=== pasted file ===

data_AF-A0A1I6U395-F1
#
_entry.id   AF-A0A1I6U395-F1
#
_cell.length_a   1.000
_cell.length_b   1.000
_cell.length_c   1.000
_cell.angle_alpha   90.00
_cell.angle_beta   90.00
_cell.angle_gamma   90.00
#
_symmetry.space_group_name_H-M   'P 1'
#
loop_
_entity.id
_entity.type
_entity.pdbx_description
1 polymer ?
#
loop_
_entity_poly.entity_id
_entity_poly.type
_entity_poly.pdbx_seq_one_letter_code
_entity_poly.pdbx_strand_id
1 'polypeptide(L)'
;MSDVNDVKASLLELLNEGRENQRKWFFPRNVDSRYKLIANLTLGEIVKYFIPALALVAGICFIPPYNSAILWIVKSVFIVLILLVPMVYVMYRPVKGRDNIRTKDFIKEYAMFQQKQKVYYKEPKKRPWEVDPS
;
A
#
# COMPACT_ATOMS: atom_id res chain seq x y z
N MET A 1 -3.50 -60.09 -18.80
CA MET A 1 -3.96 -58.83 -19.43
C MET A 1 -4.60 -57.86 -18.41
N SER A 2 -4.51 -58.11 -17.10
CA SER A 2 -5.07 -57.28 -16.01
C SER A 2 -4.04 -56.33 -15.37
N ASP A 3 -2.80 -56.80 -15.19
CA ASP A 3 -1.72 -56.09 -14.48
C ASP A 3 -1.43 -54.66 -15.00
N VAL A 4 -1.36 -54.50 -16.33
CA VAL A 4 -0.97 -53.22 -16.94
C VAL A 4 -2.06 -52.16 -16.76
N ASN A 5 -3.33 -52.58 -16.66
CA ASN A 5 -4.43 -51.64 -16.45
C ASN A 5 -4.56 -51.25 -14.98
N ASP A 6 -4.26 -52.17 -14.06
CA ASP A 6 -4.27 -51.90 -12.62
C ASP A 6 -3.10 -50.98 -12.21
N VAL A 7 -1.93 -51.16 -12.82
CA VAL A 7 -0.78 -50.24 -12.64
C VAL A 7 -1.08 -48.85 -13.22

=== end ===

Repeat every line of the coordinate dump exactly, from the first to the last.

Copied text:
data_AF-A0A1I6U395-F1
#
_entry.id   AF-A0A1I6U395-F1
#
_cell.length_a   1.000
_cell.length_b   1.000
_cell.length_c   1.000
_cell.angle_alpha   90.00
_cell.angle_beta   90.00
_cell.angle_gamma   90.00
#
_symmetry.space_group_name_H-M   'P 1'
#
loop_
_entity.id
_entity.type
_entity.pdbx_description
1 polymer ?
#
loop_
_entity_poly.entity_id
_entity_poly.type
_entity_poly.pdbx_seq_one_letter_code
_entity_poly.pdbx_strand_id
1 'polypeptide(L)'
;MSDVNDVKASLLELLNEGRENQRKWFFPRNVDSRYKLIANLTLGEIVKYFIPALALVAGICFIPPYNSAILWIVKSVFIVLILLVPMVYVMYRPVKGRDNIRTKDFIKEYAMFQQKQKVYYKEPKKRPWEVDPS
;
A
#
# COMPACT_ATOMS: atom_id res chain seq x y z
N MET A 1 -3.50 -60.09 -18.80
CA MET A 1 -3.96 -58.83 -19.43
C MET A 1 -4.60 -57.86 -18.41
N SER A 2 -4.51 -58.11 -17.10
CA SER A 2 -5.07 -57.28 -16.01
C SER A 2 -4.04 -56.33 -15.37
N ASP A 3 -2.80 -56.80 -15.19
CA ASP A 3 -1.72 -56.09 -14.48
C ASP A 3 -1.43 -54.66 -15.00
N VAL A 4 -1.36 -54.50 -16.33
CA VAL A 4 -0.97 -53.22 -16.94
C VAL A 4 -2.06 -52.16 -16.76
N ASN A 5 -3.33 -52.58 -16.66
CA ASN A 5 -4.43 -51.64 -16.45
C ASN A 5 -4.56 -51.25 -14.98
N ASP A 6 -4.26 -52.17 -14.06
CA ASP A 6 -4.27 -51.90 -12.62
C ASP A 6 -3.10 -50.98 -12.21
N VAL A 7 -1.93 -51.16 -12.82
CA VAL A 7 -0.78 -50.24 -12.64
C VAL A 7 -1.08 -48.85 -13.22